The bleeding had nearly stopped by the time I got home, well before dawn. When I awoke it would be nearly gone, just an irritation but my ribs were healed. I couldn’t remember the night before, but I could remember the two drug dealers. Weird, I know, but that’s the way it’s been for me. I can remember two nights previous but never the night before. I read about what I figured, and correctly so, was myself. I watched things on the evening news that I knew I was responsible for making happen. Strange that in the glaring light of the store the counter girl could not describe me, and the second guy was a babbling mess of straight jacket. I knew it was me that had done it and wondered again at my sanity.
I had to call in sick for a second time the next morning. My boss was irritated and advised me he was pulling the project from me which was just as well since I was beginning to suspect that working a normal job was not going to be possible. After watching the evening news I again began having those jumpy feelings, anticipating that change, only at least now I knew what was going to happen and why I felt such trepidation. It was still so unsuspecting when it happened, enough pain to last a lifetime, lasting long enough to make me wish for death, ending at exactly the moment when I didn’t think I could manage a minute more, leaving those small spasms of pain to slowly drift away. It certainly made me appreciate my less than exciting days. Yet the sensations that followed seemed to dwarf whatever pain there had been. Everything was so vivid, even sound.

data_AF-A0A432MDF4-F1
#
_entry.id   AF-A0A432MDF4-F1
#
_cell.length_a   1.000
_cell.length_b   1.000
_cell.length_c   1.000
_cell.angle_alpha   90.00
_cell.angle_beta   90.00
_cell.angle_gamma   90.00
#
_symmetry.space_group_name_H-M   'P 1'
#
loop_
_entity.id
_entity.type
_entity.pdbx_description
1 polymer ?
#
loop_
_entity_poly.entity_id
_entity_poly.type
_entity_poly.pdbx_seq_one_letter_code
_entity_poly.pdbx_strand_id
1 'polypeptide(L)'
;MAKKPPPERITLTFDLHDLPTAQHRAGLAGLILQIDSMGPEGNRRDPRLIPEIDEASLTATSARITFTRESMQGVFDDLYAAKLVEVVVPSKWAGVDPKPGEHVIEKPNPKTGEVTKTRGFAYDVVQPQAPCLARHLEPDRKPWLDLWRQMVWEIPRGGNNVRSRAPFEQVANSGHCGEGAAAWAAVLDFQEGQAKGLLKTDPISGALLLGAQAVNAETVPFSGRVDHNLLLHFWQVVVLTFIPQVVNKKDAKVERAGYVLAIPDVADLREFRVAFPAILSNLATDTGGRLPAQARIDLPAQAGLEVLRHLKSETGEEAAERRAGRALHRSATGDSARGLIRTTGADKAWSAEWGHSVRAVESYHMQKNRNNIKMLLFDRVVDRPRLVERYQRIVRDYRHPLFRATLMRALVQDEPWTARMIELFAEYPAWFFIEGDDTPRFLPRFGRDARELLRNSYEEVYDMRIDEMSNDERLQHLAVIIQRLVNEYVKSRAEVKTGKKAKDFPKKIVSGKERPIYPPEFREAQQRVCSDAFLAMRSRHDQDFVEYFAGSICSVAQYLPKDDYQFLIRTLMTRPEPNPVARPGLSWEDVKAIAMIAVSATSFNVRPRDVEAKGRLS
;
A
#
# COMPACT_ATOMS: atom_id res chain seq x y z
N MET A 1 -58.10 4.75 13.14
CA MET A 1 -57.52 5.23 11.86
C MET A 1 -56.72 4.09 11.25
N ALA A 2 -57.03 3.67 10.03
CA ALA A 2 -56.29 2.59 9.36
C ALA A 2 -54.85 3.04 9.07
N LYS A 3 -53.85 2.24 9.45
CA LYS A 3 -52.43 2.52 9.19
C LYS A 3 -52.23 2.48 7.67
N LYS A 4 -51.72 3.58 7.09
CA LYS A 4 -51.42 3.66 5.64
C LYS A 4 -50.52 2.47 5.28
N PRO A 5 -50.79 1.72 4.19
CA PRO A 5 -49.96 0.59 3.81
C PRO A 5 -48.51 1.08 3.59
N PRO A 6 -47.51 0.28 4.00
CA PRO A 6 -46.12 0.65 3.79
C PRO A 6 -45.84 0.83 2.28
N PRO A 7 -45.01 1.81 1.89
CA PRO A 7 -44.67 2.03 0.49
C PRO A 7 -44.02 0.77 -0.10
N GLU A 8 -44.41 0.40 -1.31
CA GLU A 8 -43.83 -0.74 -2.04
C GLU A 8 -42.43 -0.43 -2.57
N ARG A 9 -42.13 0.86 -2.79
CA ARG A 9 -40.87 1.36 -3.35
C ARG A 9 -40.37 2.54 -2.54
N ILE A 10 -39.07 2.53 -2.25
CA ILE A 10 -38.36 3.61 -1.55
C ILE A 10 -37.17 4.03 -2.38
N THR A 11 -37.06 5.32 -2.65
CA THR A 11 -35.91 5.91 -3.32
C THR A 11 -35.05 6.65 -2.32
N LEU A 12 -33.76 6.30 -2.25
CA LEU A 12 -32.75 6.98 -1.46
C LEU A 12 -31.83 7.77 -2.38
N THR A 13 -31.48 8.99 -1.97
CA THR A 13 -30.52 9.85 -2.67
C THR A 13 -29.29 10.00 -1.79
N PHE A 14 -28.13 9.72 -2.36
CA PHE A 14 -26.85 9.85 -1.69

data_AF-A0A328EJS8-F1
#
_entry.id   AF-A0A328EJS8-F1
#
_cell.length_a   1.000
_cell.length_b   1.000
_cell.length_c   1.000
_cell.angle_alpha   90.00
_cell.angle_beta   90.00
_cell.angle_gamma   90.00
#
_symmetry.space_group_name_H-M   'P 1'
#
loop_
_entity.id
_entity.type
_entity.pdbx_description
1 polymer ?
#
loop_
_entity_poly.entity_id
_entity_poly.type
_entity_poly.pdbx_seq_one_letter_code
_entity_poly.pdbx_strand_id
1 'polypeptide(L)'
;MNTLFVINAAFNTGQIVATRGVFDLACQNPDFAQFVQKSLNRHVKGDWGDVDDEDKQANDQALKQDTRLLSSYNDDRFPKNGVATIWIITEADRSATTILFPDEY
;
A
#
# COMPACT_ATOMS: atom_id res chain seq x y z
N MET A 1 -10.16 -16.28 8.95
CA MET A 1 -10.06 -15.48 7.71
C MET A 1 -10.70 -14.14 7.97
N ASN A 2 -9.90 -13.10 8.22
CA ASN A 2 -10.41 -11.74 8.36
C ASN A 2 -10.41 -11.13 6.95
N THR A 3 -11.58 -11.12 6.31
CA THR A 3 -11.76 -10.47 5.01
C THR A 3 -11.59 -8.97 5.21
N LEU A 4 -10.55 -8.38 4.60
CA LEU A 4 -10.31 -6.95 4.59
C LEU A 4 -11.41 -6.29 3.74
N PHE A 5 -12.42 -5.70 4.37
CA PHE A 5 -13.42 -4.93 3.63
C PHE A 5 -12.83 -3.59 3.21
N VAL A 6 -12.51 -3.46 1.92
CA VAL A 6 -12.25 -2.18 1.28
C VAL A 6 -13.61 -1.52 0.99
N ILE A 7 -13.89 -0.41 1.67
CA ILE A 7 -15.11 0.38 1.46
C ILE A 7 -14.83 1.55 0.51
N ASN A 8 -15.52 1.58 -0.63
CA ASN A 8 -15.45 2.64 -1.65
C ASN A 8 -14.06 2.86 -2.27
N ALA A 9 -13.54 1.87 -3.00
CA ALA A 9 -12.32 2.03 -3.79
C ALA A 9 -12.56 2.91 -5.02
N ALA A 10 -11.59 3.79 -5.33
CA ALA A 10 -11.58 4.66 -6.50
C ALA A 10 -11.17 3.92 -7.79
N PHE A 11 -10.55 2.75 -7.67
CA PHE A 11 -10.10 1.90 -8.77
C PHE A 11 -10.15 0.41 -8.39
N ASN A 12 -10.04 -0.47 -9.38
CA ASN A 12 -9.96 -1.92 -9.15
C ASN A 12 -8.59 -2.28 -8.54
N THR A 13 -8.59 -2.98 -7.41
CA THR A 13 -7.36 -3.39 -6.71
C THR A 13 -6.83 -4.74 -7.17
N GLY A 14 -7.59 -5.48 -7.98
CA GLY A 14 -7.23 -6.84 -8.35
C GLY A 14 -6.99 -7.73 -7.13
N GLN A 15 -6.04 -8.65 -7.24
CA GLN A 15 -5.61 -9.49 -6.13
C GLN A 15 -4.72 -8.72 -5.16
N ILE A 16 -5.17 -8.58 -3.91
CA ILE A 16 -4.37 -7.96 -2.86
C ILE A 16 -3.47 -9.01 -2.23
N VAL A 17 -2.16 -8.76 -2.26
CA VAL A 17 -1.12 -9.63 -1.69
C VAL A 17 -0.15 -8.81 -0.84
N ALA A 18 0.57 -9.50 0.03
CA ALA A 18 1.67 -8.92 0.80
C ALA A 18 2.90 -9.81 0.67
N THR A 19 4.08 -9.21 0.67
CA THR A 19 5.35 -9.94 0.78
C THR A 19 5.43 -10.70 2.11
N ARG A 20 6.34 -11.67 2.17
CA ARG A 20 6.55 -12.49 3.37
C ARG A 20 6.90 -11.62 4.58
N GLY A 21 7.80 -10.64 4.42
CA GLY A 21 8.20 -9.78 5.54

I decided that I would test the waters of this phenomenon by not going out at all. I sat on my balcony looking out on my neighborhood, content. I started to work hard at filtering the things I heard and saw. I didn’t need to know my neighbors were having sex, or that the man three apartments down was shooting up heroin. I didn’t need to see or hear any of it. I found that by concentrating I could indeed filter a lot of things so I began to practice, working my way through the senses. It was not easy, especially when I began to try and filter more than one sensation. I spent some time doing these things before it really hit me; that sickly sweet smell wafting in and out. I began to tremble as I resisted the urge to jump down and chase it. I suspected that it was how an addict must feel fighting that urge to use. It became no easier as it seemed to hover over my balcony, so I went inside, where it followed until I could not stand it anymore, and I leaped into the darkness chasing it. I awoke the next morning in my bed, seemingly no worse for wear wondering what I had done the night before.